Webb was a typical small town Saskatchewan. It was 4 blocks square – the west side bounded by the highway access road and the southern most street parallel to the CN railroad tracks. To the east and the north were fields of waving wheat, coloured by season. The streets were paved, and shaded by tall poplar and maple trees. Caraganas – some shaped and pruned, others wild and busy – outlined the yards of many houses.
The houses themselves were all old. Some were well-cared for and sported new siding, painted metal-clad front doors and sparkling windows. Other families lacked the necessary money to shower on the house and had to make do with new paint – white is the cheapest – and new mesh in the screen doors. Then there were the few houses that were truly neglected – peeling paint, cracked windows, and screen doors swinging crookedly on rusty hinges.
A couple of the houses were empty – their windows boarded over and their yards overgrown with dandelions, thistles, and crested wheat grass. Other houses were the homes of young families – swing sets, bikes, and shiny wagons decorated the yards. The older folks kept their yards beautiful – lawns cut, flower beds weeded, and gardens neatly rowed and hoed.
Near the middle of town was an old school that was maintained and used as a library, full of donated books and Jigsaw puzzles, and a Seniors Centre with card tables for Canasta and Crib and an old donated snooker table. The playground equipment outside was updated and cared for by the user families. Near the school was the winter social centre – a curling rink that relied on the long, cold Saskatchewan winters to keep the natural ice frozen. Beside the rink was the Community Hall – favoured locale for anniversary dances, family reunions, and funeral luncheons. The nearby ball diamonds were mowed during the summer by the people who used them – the families who went out to play Cat in the evenings, and the mixed slowpitch team and the ladies’ softball team who practised a couple of times before playing in the annual Webb Sports Day. The single church, painted white and surrounded by another caragana hedge, was where community members were baptised, wed, and mourned. Its yard was where the potluck lunches were held after services during the summer.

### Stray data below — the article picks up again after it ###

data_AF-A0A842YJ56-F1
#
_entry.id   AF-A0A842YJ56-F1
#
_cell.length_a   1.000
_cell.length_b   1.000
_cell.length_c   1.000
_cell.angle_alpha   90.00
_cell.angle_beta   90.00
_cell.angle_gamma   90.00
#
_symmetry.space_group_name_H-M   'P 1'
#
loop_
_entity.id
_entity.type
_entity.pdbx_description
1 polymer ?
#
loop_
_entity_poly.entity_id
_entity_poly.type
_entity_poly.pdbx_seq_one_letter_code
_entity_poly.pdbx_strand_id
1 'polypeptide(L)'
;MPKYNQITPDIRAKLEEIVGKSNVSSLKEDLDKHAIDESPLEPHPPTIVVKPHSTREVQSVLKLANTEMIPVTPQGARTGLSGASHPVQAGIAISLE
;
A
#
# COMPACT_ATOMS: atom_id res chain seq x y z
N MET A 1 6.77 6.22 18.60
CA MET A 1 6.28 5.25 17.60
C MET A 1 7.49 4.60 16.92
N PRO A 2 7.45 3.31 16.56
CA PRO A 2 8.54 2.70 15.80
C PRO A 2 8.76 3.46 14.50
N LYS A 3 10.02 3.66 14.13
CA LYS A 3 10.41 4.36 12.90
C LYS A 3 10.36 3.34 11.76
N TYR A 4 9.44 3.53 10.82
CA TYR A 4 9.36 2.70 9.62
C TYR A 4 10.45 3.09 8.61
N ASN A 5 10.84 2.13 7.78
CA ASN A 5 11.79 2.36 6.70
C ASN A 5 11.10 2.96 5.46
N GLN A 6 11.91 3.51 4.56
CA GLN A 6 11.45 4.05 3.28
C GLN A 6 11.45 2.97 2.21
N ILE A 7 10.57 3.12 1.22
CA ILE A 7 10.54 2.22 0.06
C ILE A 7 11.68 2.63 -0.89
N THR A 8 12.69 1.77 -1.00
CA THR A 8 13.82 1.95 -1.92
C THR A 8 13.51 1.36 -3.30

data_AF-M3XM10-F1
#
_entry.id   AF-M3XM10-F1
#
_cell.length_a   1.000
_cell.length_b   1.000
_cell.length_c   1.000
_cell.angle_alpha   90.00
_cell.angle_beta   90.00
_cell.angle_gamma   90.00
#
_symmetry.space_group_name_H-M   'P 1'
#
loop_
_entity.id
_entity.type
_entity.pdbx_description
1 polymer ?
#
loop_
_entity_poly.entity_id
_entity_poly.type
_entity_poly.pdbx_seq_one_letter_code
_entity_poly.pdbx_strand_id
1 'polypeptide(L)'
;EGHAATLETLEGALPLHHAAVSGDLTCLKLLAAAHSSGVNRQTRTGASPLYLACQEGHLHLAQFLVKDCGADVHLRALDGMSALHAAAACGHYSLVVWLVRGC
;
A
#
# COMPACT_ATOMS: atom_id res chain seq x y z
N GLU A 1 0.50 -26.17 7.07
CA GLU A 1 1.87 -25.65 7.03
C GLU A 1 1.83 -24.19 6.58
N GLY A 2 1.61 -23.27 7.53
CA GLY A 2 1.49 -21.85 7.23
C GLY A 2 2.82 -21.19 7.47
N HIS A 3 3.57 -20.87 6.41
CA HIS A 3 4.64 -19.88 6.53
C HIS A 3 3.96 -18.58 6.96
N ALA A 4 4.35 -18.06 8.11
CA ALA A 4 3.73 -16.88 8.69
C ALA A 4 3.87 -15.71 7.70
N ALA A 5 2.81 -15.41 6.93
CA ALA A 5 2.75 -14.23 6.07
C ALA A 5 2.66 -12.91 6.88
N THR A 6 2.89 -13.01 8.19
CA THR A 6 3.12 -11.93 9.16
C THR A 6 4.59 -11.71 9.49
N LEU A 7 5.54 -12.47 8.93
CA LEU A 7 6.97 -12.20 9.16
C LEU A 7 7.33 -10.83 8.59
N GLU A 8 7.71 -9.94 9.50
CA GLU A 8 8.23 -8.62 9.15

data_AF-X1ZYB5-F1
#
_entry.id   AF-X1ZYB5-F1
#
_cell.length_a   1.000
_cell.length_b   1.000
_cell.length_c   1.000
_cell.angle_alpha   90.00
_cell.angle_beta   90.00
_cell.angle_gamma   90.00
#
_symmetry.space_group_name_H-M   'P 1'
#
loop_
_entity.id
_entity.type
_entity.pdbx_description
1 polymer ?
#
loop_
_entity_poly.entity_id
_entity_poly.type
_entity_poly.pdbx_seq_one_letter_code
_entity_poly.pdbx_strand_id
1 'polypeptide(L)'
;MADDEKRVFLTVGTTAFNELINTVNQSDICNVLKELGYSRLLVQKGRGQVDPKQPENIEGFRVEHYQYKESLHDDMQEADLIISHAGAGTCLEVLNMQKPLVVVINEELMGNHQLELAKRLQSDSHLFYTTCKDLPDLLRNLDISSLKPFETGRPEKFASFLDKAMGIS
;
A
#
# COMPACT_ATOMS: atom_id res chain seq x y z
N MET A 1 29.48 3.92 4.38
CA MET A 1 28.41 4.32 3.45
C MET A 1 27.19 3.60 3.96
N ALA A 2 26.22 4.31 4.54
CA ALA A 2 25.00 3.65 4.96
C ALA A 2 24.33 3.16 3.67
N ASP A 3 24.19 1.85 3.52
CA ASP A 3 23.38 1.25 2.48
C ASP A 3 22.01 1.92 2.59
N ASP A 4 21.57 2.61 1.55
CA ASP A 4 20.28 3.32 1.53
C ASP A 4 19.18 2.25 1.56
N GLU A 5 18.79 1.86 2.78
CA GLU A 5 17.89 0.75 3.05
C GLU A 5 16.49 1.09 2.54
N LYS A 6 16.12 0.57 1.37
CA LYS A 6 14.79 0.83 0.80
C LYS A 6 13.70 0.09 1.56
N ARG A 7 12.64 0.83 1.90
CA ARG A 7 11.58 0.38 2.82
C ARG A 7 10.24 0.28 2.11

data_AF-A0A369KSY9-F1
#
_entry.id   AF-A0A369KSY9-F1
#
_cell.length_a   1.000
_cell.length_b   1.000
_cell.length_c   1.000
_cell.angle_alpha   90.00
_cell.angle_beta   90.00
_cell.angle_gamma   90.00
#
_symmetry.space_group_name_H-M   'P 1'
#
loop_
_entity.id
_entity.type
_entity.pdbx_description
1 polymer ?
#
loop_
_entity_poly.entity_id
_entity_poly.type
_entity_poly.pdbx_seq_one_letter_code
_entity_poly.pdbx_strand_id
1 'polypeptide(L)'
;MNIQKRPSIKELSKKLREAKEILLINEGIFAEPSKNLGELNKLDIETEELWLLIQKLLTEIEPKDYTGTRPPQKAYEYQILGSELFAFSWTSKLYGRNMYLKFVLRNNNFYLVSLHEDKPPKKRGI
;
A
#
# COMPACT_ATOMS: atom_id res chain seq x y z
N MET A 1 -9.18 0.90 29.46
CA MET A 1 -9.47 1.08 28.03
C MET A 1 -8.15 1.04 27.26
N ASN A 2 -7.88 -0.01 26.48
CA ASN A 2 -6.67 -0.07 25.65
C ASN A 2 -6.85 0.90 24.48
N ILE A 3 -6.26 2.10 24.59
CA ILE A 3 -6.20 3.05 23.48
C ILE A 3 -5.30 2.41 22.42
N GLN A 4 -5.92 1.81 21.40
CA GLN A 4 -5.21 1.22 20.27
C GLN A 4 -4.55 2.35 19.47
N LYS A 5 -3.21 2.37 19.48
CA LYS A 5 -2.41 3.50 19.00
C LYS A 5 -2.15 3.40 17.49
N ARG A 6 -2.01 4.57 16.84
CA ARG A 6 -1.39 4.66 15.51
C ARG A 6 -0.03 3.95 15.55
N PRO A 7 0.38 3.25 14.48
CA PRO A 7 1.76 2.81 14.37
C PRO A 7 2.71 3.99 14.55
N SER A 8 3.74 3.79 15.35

Small towns Saskatchewan were everywhere at one time. Look under the big blue bowl of prairie sky. Look for the squares of civilisation beside the shining ribbons of railroad tracks. There they were – our roots, our homes, our hearts.
Today, many small towns in Saskatchewan are disappearing. Sure, some people still live there – some for the cheap housing; some because they farm nearby; some because they’re too stubborn to move. But in many, like Webb, there are fewer people, and more unkempt yards and houses. The rusting backstops are the only evidence of once-existing ball diamonds – no one has used or mowed them for years. The curling rink is closed, unused. The library is emptied. The Community Centre is haunted by the echoes of snooker balls clacking together.
Where is small town Saskatchewan today? What has become of it? The simple answer is that it moved. The town was a place, a dot of geography, a construction of wood and cement. But “small town Saskatchewan” is so much more than a mere geophysical presence. It is an attitude that, in the beginning, built a community. It was the motivating force of pioneers who moved to Saskatchewan over 100 years ago; pioneers who built homes and banks, churches and schools; pioneers who shared a vision of what life could be if they all worked together for common goals.
And that is still what “small town Saskatchewan” is – a principle of helping, caring, sharing, and working together. It is a catalyst, driving everyone of like mind to build and work and live for the common good.
“Small town Saskatchewan” spirit is a legacy from our pioneer ancestors. It still exists in small towns around our province – and in large centres – and we’ve exported it around the world. The spirit and energy and principles of small town Saskatchewan are alive in our hearts. We are “small town Saskatchewan”.